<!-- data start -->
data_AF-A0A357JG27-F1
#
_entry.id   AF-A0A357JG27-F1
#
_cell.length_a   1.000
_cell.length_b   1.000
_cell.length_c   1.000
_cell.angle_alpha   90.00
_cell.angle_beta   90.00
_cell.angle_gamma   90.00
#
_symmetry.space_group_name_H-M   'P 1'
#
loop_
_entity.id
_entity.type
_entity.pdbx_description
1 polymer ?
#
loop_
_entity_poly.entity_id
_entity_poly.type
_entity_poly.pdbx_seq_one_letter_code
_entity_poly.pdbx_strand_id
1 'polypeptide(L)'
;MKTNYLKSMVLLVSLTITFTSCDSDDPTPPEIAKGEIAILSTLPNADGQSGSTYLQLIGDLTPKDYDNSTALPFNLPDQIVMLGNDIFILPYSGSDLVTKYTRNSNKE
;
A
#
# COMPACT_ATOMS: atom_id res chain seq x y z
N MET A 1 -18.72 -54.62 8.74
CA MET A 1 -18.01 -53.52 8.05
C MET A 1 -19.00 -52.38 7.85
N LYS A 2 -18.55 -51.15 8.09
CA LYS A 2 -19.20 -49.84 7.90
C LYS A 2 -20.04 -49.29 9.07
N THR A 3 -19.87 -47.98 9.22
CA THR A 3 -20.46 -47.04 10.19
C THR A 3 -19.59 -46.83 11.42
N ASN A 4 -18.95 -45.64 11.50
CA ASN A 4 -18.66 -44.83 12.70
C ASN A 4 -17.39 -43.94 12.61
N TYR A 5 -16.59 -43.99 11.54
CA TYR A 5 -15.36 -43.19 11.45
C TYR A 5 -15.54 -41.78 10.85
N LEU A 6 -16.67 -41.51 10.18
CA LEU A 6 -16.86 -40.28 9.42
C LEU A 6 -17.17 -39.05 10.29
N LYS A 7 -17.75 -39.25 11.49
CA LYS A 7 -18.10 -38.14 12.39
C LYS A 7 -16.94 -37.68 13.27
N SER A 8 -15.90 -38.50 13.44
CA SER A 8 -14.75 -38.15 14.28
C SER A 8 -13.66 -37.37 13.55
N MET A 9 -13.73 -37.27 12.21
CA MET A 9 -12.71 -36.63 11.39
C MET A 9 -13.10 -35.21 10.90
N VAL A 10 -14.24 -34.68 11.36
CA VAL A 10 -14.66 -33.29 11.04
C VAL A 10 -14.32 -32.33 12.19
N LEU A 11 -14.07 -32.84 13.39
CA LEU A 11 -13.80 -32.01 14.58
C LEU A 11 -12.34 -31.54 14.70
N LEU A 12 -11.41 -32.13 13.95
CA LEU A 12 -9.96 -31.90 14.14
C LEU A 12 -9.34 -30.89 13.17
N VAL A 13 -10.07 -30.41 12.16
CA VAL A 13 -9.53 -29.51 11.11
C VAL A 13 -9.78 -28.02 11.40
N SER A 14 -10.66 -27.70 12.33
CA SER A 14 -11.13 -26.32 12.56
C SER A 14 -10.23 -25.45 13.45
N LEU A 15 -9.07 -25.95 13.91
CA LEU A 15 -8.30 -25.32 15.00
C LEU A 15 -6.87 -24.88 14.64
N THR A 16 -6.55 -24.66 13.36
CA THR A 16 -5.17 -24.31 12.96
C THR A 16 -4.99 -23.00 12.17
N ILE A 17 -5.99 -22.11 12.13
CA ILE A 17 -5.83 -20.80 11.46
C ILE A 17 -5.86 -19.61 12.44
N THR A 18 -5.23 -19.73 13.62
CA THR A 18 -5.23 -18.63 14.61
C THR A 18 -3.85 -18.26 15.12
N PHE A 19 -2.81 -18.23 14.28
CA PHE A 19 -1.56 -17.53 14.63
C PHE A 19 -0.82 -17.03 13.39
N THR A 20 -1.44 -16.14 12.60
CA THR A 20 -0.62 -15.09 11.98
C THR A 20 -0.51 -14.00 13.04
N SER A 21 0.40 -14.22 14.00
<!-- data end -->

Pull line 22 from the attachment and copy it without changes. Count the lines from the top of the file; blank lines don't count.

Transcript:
_entity_poly.type